As a result of the increasing and ever-evolving responsibilities falling on the shoulders of boards of directors, the traditional three key committee model (covering audit and financial reporting, executive compensation, and director nominations and board succession planning) can be inadequate. The creation of additional committees has been one way to manage the burden. According to EY in its recent Board Matters post entitled “Board committees evolve to address new challenges”, the prevalence of additional committees reflects “changing board priorities and pressures, boardroom needs and company circumstances.”
The statistics support this: more than 75% of S&P 500 companies have at least one additional board committee, up from 61% in 2013. A review of the S&P SmallCap 600 board committee structure reveals that 46% of smaller companies have at least one additional board committee. A review of EY’s findings is summarized in more detail below.
Executive Committee Additions Lead the Way
S&P 500 companies most frequently (37% of the time) added an executive committee. Executive committees are generally permitted to exercise the authority of the board when the board is not in session, except in cases where action of the entire board is required by law. Following closely behind, 31% of the S&P 500 companies added a finance committee, 12% a compliance committee, and 11% a risk committee. In turn, the top five additional committees at smaller companies were executive (18%), risk (7%), finance (7%), strategy (6%) and compliance (5%).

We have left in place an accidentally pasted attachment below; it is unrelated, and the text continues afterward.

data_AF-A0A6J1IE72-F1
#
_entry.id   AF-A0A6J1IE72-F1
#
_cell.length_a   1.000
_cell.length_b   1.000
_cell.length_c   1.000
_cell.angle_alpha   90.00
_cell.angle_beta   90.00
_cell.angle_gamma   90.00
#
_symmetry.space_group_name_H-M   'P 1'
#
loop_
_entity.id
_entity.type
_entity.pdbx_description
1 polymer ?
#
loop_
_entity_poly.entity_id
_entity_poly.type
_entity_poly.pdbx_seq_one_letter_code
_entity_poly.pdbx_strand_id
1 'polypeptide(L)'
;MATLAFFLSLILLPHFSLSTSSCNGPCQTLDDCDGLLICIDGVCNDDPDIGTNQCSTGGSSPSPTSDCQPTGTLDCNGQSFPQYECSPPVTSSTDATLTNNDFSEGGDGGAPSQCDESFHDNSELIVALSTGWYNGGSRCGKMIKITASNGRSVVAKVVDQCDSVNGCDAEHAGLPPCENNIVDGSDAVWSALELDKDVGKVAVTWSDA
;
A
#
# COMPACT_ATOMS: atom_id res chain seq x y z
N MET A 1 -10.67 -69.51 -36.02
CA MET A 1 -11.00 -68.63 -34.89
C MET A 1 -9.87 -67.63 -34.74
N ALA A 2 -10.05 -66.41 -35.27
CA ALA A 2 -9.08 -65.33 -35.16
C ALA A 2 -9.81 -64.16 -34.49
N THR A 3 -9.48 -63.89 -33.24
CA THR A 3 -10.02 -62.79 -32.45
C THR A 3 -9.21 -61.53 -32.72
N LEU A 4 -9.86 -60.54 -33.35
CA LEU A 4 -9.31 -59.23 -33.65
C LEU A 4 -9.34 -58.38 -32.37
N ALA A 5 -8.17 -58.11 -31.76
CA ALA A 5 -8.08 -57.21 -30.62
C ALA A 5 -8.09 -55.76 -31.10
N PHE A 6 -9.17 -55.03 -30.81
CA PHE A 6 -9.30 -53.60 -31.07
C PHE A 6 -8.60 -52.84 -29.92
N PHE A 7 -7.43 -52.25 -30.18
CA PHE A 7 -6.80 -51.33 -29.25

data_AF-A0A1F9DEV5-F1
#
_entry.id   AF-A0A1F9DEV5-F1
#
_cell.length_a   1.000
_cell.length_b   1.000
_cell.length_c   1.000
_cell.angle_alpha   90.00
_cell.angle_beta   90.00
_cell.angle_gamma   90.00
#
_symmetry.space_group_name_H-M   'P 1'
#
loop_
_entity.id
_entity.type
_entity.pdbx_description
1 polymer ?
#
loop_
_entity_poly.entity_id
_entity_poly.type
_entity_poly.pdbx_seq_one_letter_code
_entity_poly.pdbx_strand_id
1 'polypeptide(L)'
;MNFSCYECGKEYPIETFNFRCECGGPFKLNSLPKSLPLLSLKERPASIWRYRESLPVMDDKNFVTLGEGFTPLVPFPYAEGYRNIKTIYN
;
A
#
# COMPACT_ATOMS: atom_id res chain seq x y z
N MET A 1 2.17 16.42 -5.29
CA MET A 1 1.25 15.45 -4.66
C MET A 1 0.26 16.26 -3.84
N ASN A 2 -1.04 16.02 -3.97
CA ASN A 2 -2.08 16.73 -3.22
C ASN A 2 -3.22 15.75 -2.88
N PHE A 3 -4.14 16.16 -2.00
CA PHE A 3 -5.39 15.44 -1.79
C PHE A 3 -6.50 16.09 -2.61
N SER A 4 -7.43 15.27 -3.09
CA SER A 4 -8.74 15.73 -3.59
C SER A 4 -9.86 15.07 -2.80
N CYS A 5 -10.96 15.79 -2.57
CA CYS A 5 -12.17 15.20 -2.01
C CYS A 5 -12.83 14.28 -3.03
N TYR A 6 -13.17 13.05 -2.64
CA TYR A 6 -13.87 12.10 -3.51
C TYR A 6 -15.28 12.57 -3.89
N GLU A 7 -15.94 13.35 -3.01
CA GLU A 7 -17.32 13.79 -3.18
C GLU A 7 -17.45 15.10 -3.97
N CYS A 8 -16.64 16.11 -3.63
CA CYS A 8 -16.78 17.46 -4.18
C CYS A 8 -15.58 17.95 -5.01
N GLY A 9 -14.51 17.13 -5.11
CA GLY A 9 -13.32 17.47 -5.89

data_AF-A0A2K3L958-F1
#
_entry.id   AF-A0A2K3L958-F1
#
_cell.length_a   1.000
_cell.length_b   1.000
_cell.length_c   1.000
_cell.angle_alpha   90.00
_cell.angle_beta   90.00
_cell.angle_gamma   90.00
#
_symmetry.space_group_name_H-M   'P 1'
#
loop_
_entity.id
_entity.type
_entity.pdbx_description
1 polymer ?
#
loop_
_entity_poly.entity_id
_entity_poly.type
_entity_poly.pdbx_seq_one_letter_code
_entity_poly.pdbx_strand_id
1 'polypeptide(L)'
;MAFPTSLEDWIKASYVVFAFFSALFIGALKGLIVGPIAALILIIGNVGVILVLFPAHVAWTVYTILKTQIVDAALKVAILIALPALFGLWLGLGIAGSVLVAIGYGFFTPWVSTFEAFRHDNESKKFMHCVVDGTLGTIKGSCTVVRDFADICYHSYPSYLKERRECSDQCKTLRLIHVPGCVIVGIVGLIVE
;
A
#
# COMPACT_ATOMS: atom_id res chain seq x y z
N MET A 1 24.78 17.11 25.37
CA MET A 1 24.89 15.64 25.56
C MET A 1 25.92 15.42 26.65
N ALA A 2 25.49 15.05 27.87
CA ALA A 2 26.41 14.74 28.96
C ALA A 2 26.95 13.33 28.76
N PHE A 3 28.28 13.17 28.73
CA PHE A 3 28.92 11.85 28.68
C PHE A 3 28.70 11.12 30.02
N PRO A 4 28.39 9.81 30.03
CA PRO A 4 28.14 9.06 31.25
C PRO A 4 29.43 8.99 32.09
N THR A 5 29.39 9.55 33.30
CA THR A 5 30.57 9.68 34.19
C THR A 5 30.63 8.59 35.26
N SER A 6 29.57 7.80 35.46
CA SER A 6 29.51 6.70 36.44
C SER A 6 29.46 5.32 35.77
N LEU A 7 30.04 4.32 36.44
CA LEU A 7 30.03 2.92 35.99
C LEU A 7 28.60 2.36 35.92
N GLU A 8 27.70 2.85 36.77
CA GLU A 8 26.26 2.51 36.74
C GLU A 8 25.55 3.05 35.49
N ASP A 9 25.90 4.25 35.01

Highest Growth: Compliance, Risk and Technology Committees
Between 2013 and 2016, compliance committees grew by 3%, risk and technology committees by 2% and M&A committees by 1%, while executive, finance, and public policy and regulatory affairs committees decreased by net 1%. For S&P SmallCap 600 companies, risk committees recorded the highest year-on-year growth at 3%.
Notably, while boards responded to some issues with the creation of new committees, others were assigned under the umbrella of existing committees. For example, of the 15% of companies that disclosed a committee focus on cyber, digital and information technology, over half assigned this responsibility to the audit committee.
In six out of ten industries – telecom, utilities, financials, health care, industrials, and materials – over 75% of companies have added at least one additional committee. The unique compliance, risk and operational challenges of these sectors plays a part in this. Among the companies listed on the S&P SmallCap 600 index, utilities companies most frequently add additional committees (82%) followed by financial services in second place (68%).
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The author would like to thank Hugo Margoc, articling student, for his assistance in preparing this legal update.